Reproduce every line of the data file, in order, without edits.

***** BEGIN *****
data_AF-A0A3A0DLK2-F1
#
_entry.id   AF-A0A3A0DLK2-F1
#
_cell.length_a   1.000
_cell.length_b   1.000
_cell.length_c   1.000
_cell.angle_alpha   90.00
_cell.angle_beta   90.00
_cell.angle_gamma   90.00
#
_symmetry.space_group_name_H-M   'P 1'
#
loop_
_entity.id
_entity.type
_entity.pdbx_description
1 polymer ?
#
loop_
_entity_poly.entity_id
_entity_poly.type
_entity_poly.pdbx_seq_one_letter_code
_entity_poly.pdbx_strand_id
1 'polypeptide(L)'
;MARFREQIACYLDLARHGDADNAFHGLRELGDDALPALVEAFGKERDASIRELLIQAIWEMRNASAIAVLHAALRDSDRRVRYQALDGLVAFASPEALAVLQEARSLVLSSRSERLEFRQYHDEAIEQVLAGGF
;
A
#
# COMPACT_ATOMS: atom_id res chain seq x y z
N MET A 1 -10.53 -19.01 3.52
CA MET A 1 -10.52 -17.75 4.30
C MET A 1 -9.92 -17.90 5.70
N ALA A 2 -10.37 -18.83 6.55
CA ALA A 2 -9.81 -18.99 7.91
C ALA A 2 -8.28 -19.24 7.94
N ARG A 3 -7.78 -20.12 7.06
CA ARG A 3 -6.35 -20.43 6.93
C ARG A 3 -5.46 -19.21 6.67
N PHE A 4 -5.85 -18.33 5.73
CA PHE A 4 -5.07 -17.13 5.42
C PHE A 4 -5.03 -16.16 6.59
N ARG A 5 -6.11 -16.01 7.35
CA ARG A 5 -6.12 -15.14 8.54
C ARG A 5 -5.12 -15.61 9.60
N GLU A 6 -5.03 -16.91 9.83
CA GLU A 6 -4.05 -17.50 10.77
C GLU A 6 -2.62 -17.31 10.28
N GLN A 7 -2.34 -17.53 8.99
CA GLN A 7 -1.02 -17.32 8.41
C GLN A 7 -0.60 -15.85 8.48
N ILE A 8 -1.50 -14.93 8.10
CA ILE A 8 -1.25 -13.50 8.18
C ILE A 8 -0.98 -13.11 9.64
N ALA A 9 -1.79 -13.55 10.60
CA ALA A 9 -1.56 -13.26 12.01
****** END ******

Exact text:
data_AF-A0A3A0DLK2-F1
#
_entry.id   AF-A0A3A0DLK2-F1
#
_cell.length_a   1.000
_cell.length_b   1.000
_cell.length_c   1.000
_cell.angle_alpha   90.00
_cell.angle_beta   90.00
_cell.angle_gamma   90.00
#
_symmetry.space_group_name_H-M   'P 1'
#
loop_
_entity.id
_entity.type
_entity.pdbx_description
1 polymer ?
#
loop_
_entity_poly.entity_id
_entity_poly.type
_entity_poly.pdbx_seq_one_letter_code
_entity_poly.pdbx_strand_id
1 'polypeptide(L)'
;MARFREQIACYLDLARHGDADNAFHGLRELGDDALPALVEAFGKERDASIRELLIQAIWEMRNASAIAVLHAALRDSDRRVRYQALDGLVAFASPEALAVLQEARSLVLSSRSERLEFRQYHDEAIEQVLAGGF
;
A
#
# COMPACT_ATOMS: atom_id res chain seq x y z
N MET A 1 -10.53 -19.01 3.52
CA MET A 1 -10.52 -17.75 4.30
C MET A 1 -9.92 -17.90 5.70
N ALA A 2 -10.37 -18.83 6.55
CA ALA A 2 -9.81 -18.99 7.91
C ALA A 2 -8.28 -19.24 7.94
N ARG A 3 -7.78 -20.12 7.06
CA ARG A 3 -6.35 -20.43 6.93
C ARG A 3 -5.46 -19.21 6.67
N PHE A 4 -5.85 -18.33 5.73
CA PHE A 4 -5.07 -17.13 5.42
C PHE A 4 -5.03 -16.16 6.59
N ARG A 5 -6.11 -16.01 7.35
CA ARG A 5 -6.12 -15.14 8.54
C ARG A 5 -5.12 -15.61 9.60
N GLU A 6 -5.03 -16.91 9.83
CA GLU A 6 -4.05 -17.50 10.77
C GLU A 6 -2.62 -17.31 10.28
N GLN A 7 -2.34 -17.53 8.99
CA GLN A 7 -1.02 -17.32 8.41
C GLN A 7 -0.60 -15.85 8.48
N ILE A 8 -1.50 -14.93 8.10
CA ILE A 8 -1.25 -13.50 8.18
C ILE A 8 -0.98 -13.11 9.64
N ALA A 9 -1.79 -13.55 10.60
CA ALA A 9 -1.56 -13.26 12.01